PH WINS continued to expand in 2021 with a new pilot program, PH WINS for All, that included all governmental public health agencies in HRSA Regions 5 and 10, yielding useful insights into LHDs. New questions about health equity and racism sought to build on 2017 data, which showed that while the importance of addressing social determinants of health (SDOH) was widely recognized, there was not broad consensus about who should be involved in such efforts and low self-reported competence and confidence in these areas.4 Following Centers for Disease Control and Prevention's (CDC's) April 2021 declaration of racism as “a serious public health threat”5 and several jurisdictions naming racism as a public health crisis, survey questions about health equity and racism also demonstrated how well health departments were equipped to address racism and move from declaration to action.

The pandemic's toll on the governmental public health workforce was another area of focus in 2021. Previous survey questions about stress and burnout as components of mental health were updated to reflect observations from the field; new questions about bullying and harassment were also added.

As the world and the workforce continue to evolve, PH WINS data will provide an important through line, as the only survey that longitudinally captures the individual perspectives of the state and local governmental public health workforce. While uniting and aligning stakeholders can be difficult, PH WINS 2021 represents a partnership across numerous public health entities, which has been and will remain essential to its success.

In This Supplement, Analyses of Timely Public Health Topics Provide Tools for Improvement

The state and local governmental public health workforce stepped up to respond to COVID-19, and the fallout from that shift in focus is starting to emerge. In “The Opportunity Cost of COVID for Public Health Practice: COVID-19 Pandemic Response Work and Lost Foundational Areas of Public Health Work,” McCullough and Robins explore what was lost with so much of the workforce diverted to pandemic response. For example, with more than 90% of the communicable disease workforce focused on COVID-19, diseases such as HIV/AIDS, influenza, and hepatitis were deprioritized, and vaccination schedules were disrupted at a time when polio and measles are growing threats.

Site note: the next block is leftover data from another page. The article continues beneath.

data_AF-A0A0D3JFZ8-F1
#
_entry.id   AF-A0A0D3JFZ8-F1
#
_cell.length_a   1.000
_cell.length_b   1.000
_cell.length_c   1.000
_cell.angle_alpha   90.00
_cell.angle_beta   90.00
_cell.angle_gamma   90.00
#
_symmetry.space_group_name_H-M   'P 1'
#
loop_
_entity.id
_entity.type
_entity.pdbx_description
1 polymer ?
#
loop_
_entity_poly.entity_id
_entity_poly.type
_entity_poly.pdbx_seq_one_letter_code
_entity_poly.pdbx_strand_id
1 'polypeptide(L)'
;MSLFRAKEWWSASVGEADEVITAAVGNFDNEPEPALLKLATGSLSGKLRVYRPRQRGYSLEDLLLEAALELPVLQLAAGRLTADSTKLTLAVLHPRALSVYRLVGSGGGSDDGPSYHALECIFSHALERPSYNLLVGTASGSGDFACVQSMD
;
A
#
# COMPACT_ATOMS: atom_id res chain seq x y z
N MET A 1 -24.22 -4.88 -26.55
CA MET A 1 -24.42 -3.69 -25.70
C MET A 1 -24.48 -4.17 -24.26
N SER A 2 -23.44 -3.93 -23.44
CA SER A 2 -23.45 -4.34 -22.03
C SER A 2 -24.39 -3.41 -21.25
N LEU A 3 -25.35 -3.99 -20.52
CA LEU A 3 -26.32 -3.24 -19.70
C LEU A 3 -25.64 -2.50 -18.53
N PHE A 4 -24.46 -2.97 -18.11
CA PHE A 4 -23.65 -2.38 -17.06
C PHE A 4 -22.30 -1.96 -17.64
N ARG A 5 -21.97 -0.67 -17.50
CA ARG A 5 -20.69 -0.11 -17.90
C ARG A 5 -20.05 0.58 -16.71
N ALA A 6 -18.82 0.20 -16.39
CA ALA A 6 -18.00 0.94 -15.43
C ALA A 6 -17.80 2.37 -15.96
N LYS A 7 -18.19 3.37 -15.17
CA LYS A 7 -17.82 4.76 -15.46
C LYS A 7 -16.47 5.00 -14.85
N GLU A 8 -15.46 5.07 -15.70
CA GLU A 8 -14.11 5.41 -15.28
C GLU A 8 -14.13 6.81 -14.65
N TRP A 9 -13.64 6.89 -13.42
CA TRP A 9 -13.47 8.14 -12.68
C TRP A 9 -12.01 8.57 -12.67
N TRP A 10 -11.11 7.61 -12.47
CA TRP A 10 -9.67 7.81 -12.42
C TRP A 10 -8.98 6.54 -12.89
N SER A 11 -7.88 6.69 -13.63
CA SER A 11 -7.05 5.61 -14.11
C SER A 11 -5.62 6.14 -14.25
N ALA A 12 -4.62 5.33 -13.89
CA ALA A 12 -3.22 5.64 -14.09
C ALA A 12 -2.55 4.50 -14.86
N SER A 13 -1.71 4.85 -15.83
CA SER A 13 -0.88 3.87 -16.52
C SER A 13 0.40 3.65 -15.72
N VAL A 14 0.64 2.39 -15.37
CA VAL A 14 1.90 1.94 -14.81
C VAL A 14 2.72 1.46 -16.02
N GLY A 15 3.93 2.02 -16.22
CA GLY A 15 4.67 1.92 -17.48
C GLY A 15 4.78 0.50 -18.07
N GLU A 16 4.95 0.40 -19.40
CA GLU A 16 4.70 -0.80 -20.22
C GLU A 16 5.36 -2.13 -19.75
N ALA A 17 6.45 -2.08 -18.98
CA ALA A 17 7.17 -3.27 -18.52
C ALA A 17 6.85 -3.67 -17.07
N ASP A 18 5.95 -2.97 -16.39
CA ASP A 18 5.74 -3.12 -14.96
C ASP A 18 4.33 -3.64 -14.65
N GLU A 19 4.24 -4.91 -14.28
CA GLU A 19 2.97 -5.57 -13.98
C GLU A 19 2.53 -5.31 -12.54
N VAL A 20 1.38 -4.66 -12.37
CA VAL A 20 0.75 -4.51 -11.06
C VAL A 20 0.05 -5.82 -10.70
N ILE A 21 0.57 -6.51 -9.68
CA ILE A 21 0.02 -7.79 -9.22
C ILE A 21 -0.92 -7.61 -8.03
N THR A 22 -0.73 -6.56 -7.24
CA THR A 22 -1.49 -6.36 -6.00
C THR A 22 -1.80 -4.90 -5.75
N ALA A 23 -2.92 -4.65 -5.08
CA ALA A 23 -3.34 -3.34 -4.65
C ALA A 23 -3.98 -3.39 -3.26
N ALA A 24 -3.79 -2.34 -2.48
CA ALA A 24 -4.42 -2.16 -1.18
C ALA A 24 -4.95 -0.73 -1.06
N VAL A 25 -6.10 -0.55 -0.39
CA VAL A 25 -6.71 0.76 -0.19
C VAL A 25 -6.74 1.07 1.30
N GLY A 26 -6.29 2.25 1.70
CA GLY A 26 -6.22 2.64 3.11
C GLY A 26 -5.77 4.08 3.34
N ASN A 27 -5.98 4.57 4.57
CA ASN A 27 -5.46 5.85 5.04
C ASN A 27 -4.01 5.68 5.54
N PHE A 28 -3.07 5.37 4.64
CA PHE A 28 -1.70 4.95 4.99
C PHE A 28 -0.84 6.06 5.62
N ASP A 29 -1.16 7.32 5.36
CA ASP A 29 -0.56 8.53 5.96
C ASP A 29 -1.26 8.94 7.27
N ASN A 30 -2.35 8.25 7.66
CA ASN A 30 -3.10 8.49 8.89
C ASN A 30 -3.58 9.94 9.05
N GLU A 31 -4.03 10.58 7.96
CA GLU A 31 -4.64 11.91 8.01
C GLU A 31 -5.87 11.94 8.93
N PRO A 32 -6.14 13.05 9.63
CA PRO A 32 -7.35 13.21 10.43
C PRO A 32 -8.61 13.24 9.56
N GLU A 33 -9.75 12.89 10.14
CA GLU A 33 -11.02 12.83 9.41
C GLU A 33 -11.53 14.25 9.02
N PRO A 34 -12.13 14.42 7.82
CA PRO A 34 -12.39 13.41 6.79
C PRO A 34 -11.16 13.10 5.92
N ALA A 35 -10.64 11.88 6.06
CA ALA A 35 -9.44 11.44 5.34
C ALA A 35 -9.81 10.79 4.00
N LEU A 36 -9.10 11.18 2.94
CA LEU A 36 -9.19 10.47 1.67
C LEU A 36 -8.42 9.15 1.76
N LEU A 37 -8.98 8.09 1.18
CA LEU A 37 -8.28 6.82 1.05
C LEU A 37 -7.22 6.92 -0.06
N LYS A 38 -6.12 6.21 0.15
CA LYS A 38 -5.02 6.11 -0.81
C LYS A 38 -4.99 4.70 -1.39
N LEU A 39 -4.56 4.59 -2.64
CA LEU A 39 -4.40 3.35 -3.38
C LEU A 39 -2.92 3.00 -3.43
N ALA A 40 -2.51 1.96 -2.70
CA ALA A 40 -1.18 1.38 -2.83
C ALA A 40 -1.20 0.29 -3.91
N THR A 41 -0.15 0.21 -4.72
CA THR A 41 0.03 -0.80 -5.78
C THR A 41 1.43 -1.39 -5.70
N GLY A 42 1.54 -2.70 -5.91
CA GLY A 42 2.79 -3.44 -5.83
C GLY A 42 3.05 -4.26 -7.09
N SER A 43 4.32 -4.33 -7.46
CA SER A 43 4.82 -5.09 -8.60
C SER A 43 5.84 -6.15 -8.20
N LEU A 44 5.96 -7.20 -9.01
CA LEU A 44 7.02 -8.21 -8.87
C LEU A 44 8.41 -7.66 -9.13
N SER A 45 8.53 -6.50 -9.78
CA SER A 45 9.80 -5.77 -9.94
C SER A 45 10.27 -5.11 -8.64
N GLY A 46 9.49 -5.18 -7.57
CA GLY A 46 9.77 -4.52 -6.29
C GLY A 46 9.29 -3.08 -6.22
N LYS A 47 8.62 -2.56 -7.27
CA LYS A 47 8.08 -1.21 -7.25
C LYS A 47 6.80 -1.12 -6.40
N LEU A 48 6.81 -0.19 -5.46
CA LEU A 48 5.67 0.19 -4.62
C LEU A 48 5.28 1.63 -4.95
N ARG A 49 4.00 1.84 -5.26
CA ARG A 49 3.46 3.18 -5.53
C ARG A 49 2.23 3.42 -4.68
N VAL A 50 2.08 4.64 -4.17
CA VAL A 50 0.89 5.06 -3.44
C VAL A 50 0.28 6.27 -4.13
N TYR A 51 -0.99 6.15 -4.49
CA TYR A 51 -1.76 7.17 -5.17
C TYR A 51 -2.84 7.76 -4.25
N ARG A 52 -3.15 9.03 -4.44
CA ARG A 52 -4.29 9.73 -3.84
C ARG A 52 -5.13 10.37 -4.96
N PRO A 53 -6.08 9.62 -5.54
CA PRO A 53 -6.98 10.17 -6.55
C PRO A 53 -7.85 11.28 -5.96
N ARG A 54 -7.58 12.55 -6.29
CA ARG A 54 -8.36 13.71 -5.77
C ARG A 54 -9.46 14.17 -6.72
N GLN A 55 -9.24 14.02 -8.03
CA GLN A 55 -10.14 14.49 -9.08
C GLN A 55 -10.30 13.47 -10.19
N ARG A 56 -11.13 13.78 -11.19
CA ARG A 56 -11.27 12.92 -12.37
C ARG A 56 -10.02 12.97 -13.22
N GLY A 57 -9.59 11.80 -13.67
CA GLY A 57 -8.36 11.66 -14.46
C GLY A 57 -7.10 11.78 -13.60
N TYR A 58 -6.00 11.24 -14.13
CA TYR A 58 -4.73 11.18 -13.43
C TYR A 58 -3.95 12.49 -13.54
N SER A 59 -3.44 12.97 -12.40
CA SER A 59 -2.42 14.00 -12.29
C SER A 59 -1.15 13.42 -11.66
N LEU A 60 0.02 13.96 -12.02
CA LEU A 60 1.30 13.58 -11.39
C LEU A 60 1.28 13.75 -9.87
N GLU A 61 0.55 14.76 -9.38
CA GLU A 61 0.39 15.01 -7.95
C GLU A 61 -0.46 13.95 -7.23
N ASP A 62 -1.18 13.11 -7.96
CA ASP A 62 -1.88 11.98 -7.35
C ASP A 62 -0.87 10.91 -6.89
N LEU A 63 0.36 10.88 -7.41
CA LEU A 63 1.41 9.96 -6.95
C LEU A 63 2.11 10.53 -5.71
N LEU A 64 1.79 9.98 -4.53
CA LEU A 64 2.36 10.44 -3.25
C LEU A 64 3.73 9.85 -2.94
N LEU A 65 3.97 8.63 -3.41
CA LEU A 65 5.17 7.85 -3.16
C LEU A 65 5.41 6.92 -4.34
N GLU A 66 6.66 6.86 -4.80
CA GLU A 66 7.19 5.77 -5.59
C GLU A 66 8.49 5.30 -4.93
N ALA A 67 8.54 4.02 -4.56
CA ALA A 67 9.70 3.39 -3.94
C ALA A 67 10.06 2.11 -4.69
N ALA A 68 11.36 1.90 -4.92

Yeager, Madsen, and Schaffer take a more personal look at the pandemic response in “Qualitative Insights From Governmental Public Health Employees About Experiences Serving During the COVID-19 Pandemic, PH WINS 2021.” They identified the relationship between leadership and employees as a particular challenge during the pandemic, with breakdowns in communication that resulted in employees feeling undervalued and unappreciated. Nevertheless, public health workers remain committed to their jobs, taking pride in their work and seeking to collaborate with colleagues.

In “Awareness of and Confidence to Address Equity-Related Concepts Across the Governmental Public Health Workforce: Findings From the 2021 Administration of PH WINS,” Porter et al examine the workforce's awareness and confidence in addressing health equity, SDOH, and social determinants of equity (SDOE). While generally aware of these concepts, employees lack the confidence to address them in their work. Gaining insight into which areas the workforce has or lacks confidence enables decision makers to develop a plan to address these shortcomings.